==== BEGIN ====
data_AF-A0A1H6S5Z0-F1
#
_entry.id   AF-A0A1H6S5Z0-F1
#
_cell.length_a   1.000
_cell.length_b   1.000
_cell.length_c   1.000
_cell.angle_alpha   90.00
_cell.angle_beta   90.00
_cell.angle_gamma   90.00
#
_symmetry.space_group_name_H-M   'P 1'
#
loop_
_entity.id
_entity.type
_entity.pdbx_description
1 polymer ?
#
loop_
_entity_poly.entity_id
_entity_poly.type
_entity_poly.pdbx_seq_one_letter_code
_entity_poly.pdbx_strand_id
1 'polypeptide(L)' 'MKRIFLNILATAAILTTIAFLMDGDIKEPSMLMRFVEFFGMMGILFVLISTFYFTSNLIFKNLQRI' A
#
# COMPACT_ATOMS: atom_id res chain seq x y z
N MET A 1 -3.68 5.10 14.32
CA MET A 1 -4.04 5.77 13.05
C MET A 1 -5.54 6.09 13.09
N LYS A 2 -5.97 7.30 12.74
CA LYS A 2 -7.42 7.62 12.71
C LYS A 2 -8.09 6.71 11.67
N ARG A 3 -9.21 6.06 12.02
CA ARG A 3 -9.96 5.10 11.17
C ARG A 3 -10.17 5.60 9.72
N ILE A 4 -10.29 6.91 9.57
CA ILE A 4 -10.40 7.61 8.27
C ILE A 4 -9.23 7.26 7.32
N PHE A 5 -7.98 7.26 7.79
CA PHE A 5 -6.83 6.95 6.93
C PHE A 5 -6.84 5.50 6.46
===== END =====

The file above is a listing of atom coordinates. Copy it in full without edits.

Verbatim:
data_AF-A0A1H6S5Z0-F1
#
_entry.id   AF-A0A1H6S5Z0-F1
#
_cell.length_a   1.000
_cell.length_b   1.000
_cell.length_c   1.000
_cell.angle_alpha   90.00
_cell.angle_beta   90.00
_cell.angle_gamma   90.00
#
_symmetry.space_group_name_H-M   'P 1'
#
loop_
_entity.id
_entity.type
_entity.pdbx_description
1 polymer ?
#
loop_
_entity_poly.entity_id
_entity_poly.type
_entity_poly.pdbx_seq_one_letter_code
_entity_poly.pdbx_strand_id
1 'polypeptide(L)' 'MKRIFLNILATAAILTTIAFLMDGDIKEPSMLMRFVEFFGMMGILFVLISTFYFTSNLIFKNLQRI' A
#
# COMPACT_ATOMS: atom_id res chain seq x y z
N MET A 1 -3.68 5.10 14.32
CA MET A 1 -4.04 5.77 13.05
C MET A 1 -5.54 6.09 13.09
N LYS A 2 -5.97 7.30 12.74
CA LYS A 2 -7.42 7.62 12.71
C LYS A 2 -8.09 6.71 11.67
N ARG A 3 -9.21 6.06 12.02
CA ARG A 3 -9.96 5.10 11.17
C ARG A 3 -10.17 5.60 9.72
N ILE A 4 -10.29 6.91 9.57
CA ILE A 4 -10.40 7.61 8.27
C ILE A 4 -9.23 7.26 7.32
N PHE A 5 -7.98 7.26 7.79
CA PHE A 5 -6.83 6.95 6.93
C PHE A 5 -6.84 5.50 6.46